China reported 11 new infections of the coronavirus on Saturday, and for the first time since the start of the epidemic the majority of them were imported cases from overseas.
The National Health Commission said there were four more people infected in Hubei’s capital Wuhan, where the virus first emerged in December.
The daily tally is the lowest for Wuhan since China started reporting figures in January.
The other seven new infections — four in Shanghai, two in Gansu province and one in Beijing — were of people arriving from overseas, fuelling fears that China’s strict containment measures may be undone by people coming in from hotspots in other countries.
Their nationality was not specified. There have now been 95 imported cases.
Another 13 people died, bringing the national toll from the disease in mainland China to 3,189. Nearly 81,000 people have now been infected.
Chinese President Xi Jinping visited Wuhan Tuesday for the first time since the city emerged as the epicentre of the coronavirus epidemic in January — a major sign that officials believe the outbreak is under control.
Xi’s visit came as unprecedented quarantine measures that have sealed off Wuhan and the rest of central Hubei province since late January appear to have paid off, with new infections dropping dramatically in recent weeks.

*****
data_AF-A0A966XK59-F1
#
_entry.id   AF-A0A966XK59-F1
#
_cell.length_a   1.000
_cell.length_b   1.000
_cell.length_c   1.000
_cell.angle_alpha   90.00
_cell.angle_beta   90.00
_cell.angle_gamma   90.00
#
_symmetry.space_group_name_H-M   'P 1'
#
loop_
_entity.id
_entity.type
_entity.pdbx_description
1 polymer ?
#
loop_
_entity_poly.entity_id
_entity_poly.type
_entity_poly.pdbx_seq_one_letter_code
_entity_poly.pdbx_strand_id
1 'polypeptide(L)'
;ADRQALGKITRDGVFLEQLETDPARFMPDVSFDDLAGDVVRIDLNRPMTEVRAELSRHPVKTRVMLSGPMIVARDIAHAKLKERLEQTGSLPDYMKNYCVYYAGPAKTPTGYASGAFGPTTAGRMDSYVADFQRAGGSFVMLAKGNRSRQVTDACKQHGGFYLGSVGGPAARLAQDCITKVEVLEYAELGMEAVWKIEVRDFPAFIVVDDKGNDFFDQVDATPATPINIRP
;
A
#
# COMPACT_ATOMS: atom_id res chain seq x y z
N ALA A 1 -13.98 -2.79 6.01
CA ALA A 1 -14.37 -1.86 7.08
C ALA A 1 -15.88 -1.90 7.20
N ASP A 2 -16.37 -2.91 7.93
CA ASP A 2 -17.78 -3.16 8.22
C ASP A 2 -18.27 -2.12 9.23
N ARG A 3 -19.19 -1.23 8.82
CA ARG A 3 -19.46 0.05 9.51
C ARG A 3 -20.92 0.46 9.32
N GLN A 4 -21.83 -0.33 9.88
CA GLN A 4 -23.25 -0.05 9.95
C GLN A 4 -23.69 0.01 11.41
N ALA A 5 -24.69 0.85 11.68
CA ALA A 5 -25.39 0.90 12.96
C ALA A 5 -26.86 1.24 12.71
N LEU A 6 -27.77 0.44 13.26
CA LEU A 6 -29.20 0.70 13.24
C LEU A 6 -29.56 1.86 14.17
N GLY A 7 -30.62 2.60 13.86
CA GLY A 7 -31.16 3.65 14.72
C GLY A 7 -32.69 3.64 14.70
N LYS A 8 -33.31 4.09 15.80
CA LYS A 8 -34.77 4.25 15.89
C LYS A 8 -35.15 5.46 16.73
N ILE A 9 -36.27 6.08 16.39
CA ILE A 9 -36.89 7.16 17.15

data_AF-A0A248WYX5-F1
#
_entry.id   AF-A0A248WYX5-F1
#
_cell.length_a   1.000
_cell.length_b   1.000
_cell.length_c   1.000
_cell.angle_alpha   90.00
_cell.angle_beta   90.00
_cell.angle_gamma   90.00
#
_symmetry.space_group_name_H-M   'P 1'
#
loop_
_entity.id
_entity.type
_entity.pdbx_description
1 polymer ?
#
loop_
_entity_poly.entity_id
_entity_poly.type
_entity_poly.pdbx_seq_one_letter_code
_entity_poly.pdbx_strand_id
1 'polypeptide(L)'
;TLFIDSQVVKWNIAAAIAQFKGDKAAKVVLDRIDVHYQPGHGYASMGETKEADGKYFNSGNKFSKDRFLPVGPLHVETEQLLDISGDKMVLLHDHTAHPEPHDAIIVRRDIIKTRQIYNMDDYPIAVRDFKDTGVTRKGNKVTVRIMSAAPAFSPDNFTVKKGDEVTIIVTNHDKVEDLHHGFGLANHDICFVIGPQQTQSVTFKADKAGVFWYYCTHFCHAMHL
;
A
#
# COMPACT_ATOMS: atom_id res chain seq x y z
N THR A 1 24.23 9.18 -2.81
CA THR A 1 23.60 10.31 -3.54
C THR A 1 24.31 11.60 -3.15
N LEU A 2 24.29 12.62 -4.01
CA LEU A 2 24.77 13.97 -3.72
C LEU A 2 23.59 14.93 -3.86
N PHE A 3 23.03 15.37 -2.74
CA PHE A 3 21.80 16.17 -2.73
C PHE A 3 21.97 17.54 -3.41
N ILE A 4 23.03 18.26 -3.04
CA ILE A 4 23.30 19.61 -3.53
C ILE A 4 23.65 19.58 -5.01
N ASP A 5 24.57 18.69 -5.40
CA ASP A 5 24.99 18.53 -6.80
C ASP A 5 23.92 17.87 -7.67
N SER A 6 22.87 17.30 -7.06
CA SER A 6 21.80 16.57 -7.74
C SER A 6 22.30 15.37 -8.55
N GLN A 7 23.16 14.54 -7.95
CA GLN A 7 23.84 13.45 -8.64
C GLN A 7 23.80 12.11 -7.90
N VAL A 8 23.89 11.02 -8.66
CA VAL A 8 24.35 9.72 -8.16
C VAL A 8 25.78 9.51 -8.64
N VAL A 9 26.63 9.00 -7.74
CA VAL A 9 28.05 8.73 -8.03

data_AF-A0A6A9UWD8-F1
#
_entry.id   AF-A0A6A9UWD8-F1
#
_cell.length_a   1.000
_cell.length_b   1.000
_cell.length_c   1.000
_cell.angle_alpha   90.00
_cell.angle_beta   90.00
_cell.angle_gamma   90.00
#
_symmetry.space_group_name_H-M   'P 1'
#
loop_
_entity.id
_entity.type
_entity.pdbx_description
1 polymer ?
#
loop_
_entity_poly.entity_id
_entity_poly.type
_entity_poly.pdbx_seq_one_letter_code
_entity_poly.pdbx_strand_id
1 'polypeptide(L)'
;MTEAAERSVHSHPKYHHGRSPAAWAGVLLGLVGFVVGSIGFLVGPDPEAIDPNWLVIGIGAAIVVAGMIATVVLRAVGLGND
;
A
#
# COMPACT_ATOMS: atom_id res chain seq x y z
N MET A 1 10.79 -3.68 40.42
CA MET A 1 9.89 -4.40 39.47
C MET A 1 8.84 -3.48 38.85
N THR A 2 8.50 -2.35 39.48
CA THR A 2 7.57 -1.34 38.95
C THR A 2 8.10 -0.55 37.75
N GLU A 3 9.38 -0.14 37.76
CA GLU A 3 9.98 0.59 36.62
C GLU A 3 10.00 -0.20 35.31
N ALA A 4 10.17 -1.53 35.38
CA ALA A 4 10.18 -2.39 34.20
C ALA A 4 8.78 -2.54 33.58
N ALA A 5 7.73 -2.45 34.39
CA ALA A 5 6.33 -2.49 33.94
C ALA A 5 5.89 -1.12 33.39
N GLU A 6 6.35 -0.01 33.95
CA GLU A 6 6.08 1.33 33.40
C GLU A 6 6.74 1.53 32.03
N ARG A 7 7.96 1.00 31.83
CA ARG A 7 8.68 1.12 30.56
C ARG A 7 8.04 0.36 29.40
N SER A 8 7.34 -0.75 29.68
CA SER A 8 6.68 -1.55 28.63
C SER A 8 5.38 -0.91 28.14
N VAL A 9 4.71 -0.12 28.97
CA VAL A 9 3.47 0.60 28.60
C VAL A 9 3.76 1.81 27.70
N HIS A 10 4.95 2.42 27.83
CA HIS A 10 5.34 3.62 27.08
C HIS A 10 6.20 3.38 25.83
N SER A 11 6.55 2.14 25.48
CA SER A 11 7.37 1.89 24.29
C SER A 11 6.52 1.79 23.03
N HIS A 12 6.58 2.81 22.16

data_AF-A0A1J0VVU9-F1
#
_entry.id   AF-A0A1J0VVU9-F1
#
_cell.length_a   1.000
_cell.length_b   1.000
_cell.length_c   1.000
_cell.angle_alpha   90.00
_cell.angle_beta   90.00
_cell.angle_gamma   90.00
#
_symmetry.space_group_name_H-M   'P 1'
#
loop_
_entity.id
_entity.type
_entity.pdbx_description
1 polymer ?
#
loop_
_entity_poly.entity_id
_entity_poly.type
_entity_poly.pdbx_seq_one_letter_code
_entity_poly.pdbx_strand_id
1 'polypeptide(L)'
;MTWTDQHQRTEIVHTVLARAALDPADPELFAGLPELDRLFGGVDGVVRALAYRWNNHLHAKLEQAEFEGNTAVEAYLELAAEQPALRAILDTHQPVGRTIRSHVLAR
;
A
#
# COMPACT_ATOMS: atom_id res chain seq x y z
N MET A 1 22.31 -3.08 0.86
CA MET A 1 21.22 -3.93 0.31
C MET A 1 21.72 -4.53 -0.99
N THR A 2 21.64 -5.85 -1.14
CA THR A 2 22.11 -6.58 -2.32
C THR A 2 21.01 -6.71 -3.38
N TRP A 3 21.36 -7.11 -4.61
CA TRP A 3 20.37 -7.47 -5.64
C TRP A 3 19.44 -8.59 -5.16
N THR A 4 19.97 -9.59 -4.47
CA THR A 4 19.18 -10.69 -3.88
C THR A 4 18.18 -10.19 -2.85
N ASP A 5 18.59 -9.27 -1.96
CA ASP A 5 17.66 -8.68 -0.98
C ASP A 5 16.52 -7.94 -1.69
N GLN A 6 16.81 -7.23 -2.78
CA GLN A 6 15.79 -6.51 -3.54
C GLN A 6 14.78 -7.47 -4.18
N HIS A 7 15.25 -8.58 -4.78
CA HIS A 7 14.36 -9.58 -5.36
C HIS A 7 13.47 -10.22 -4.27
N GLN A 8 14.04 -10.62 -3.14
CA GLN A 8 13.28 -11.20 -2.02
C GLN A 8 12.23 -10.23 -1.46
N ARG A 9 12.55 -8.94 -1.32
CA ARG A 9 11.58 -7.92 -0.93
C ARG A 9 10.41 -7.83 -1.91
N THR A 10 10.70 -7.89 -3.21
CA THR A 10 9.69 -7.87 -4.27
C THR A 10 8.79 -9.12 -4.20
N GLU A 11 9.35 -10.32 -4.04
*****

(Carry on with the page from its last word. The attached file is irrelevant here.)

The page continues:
China’s progress stands in stark contrast with the growing global crisis, with cases now growing at a faster pace abroad, and Italy enacting its own nationwide lockdown.
State media images showed Xi, who arrived by plane in Hubei’s capital, wearing a mask as he spoke via video-link to frontline medical workers and patients who are at one of the field hospitals set up in the city.
He then went to a residential community in Wuhan to speak with people quarantined and frontline community workers, state media said.
China’s most powerful leader since Mao Zedong is usually a daily fixture in state media but has stayed out of the spotlight for much of the crisis and assigned Premier Li Keqiang to oversee the response to the epidemic.
Li and a vice premier have already visited the virus-stricken city of Wuhan.
But as the number of new cases has fallen in recent weeks, state media has played up Xi’s role in the fight against the outbreak, releasing a speech last month in which he said he had been giving instructions since early January.
Hua Po, an independent Beijing-based political analyst, told AFP the trip’s timing indicated an “interim victory” for China.